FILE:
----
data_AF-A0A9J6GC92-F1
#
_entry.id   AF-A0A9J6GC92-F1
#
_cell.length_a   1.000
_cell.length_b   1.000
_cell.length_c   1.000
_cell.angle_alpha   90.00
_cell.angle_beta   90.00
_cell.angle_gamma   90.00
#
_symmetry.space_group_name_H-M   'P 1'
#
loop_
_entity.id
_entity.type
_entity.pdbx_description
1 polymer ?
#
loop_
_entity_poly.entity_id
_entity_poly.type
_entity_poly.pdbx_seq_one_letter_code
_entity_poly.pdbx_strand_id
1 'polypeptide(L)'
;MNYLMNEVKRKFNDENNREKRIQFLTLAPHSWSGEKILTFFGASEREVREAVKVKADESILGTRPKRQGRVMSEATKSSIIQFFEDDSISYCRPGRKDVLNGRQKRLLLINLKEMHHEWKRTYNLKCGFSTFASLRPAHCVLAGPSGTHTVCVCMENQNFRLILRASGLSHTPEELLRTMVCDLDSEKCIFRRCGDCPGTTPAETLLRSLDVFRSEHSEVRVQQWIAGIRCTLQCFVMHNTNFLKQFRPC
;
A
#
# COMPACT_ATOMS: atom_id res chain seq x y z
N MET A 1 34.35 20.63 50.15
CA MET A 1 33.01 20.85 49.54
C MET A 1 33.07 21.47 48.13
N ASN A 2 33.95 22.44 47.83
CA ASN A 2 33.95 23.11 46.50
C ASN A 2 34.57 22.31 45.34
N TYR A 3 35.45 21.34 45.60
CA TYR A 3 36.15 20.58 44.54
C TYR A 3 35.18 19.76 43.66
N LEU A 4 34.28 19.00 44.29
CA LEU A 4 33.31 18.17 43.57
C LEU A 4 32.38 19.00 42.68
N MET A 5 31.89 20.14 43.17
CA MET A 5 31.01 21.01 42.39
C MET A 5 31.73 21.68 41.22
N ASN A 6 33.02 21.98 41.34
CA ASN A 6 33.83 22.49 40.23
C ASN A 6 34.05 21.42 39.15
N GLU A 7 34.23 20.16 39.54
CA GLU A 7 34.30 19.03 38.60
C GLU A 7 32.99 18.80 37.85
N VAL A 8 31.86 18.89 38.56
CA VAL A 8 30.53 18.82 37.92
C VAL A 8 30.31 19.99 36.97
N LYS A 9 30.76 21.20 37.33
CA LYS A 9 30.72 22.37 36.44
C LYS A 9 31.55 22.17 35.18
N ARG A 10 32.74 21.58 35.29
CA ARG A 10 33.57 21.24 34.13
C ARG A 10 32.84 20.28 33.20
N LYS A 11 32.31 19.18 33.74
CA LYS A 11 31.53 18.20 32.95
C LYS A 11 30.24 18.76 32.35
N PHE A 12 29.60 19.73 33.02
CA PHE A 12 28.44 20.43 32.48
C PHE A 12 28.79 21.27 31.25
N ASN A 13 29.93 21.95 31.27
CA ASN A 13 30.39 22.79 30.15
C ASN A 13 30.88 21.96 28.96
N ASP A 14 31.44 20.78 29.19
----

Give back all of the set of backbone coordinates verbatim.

data_AF-A0A9J6GC92-F1
#
_entry.id   AF-A0A9J6GC92-F1
#
_cell.length_a   1.000
_cell.length_b   1.000
_cell.length_c   1.000
_cell.angle_alpha   90.00
_cell.angle_beta   90.00
_cell.angle_gamma   90.00
#
_symmetry.space_group_name_H-M   'P 1'
#
loop_
_entity.id
_entity.type
_entity.pdbx_description
1 polymer ?
#
loop_
_entity_poly.entity_id
_entity_poly.type
_entity_poly.pdbx_seq_one_letter_code
_entity_poly.pdbx_strand_id
1 'polypeptide(L)'
;MNYLMNEVKRKFNDENNREKRIQFLTLAPHSWSGEKILTFFGASEREVREAVKVKADESILGTRPKRQGRVMSEATKSSIIQFFEDDSISYCRPGRKDVLNGRQKRLLLINLKEMHHEWKRTYNLKCGFSTFASLRPAHCVLAGPSGTHTVCVCMENQNFRLILRASGLSHTPEELLRTMVCDLDSEKCIFRRCGDCPGTTPAETLLRSLDVFRSEHSEVRVQQWIAGIRCTLQCFVMHNTNFLKQFRPC
;
A
#
# COMPACT_ATOMS: atom_id res chain seq x y z
N MET A 1 34.35 20.63 50.15
CA MET A 1 33.01 20.85 49.54
C MET A 1 33.07 21.47 48.13
N ASN A 2 33.95 22.44 47.83
CA ASN A 2 33.95 23.11 46.50
C ASN A 2 34.57 22.31 45.34
N TYR A 3 35.45 21.34 45.60
CA TYR A 3 36.15 20.58 44.54
C TYR A 3 35.18 19.76 43.66
N LEU A 4 34.28 19.00 44.29
CA LEU A 4 33.31 18.17 43.57
C LEU A 4 32.38 19.00 42.68
N MET A 5 31.89 20.14 43.17
CA MET A 5 31.01 21.01 42.39
C MET A 5 31.73 21.68 41.22
N ASN A 6 33.02 21.98 41.34
CA ASN A 6 33.83 22.49 40.23
C ASN A 6 34.05 21.42 39.15
N GLU A 7 34.23 20.16 39.54
CA GLU A 7 34.30 19.03 38.60
C GLU A 7 32.99 18.80 37.85
N VAL A 8 31.86 18.89 38.56
CA VAL A 8 30.53 18.82 37.92
C VAL A 8 30.31 19.99 36.97
N LYS A 9 30.76 21.20 37.33
CA LYS A 9 30.72 22.37 36.44
C LYS A 9 31.55 22.17 35.18
N ARG A 10 32.74 21.58 35.29
CA ARG A 10 33.57 21.24 34.13
C ARG A 10 32.84 20.28 33.20
N LYS A 11 32.31 19.18 33.74
CA LYS A 11 31.53 18.20 32.95
C LYS A 11 30.24 18.76 32.35
N PHE A 12 29.60 19.73 33.02
CA PHE A 12 28.44 20.43 32.48
C PHE A 12 28.79 21.27 31.25
N ASN A 13 29.93 21.95 31.27
CA ASN A 13 30.39 22.79 30.15
C ASN A 13 30.88 21.96 28.96
N ASP A 14 31.44 20.78 29.19